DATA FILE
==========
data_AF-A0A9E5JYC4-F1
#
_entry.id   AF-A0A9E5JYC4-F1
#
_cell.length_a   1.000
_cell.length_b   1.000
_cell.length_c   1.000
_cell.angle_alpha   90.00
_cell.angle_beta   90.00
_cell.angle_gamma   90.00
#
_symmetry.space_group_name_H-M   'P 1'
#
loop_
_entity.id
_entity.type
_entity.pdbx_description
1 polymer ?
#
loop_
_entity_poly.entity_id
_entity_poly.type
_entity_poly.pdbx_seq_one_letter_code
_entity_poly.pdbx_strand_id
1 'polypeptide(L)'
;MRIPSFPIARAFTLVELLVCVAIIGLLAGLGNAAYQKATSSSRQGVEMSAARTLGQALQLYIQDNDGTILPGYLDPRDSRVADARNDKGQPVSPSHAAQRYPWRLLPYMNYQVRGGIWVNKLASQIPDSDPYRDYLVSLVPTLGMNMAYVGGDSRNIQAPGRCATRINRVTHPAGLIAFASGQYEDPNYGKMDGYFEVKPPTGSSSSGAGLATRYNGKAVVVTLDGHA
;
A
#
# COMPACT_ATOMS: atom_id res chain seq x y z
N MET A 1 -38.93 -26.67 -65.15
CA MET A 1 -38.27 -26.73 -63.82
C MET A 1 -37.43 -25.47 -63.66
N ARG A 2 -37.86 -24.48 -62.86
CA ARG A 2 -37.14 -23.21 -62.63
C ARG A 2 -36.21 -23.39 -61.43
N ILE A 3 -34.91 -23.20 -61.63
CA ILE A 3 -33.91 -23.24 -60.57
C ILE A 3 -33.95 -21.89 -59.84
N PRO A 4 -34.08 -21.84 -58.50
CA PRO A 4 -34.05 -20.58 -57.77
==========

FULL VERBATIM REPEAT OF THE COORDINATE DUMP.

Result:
data_AF-A0A9E5JYC4-F1
#
_entry.id   AF-A0A9E5JYC4-F1
#
_cell.length_a   1.000
_cell.length_b   1.000
_cell.length_c   1.000
_cell.angle_alpha   90.00
_cell.angle_beta   90.00
_cell.angle_gamma   90.00
#
_symmetry.space_group_name_H-M   'P 1'
#
loop_
_entity.id
_entity.type
_entity.pdbx_description
1 polymer ?
#
loop_
_entity_poly.entity_id
_entity_poly.type
_entity_poly.pdbx_seq_one_letter_code
_entity_poly.pdbx_strand_id
1 'polypeptide(L)'
;MRIPSFPIARAFTLVELLVCVAIIGLLAGLGNAAYQKATSSSRQGVEMSAARTLGQALQLYIQDNDGTILPGYLDPRDSRVADARNDKGQPVSPSHAAQRYPWRLLPYMNYQVRGGIWVNKLASQIPDSDPYRDYLVSLVPTLGMNMAYVGGDSRNIQAPGRCATRINRVTHPAGLIAFASGQYEDPNYGKMDGYFEVKPPTGSSSSGAGLATRYNGKAVVVTLDGHA
;
A
#
# COMPACT_ATOMS: atom_id res chain seq x y z
N MET A 1 -38.93 -26.67 -65.15
CA MET A 1 -38.27 -26.73 -63.82
C MET A 1 -37.43 -25.47 -63.66
N ARG A 2 -37.86 -24.48 -62.86
CA ARG A 2 -37.14 -23.21 -62.63
C ARG A 2 -36.21 -23.39 -61.43
N ILE A 3 -34.91 -23.20 -61.63
CA ILE A 3 -33.91 -23.24 -60.57
C ILE A 3 -33.95 -21.89 -59.84
N PRO A 4 -34.08 -21.84 -58.50
CA PRO A 4 -34.05 -20.58 -57.77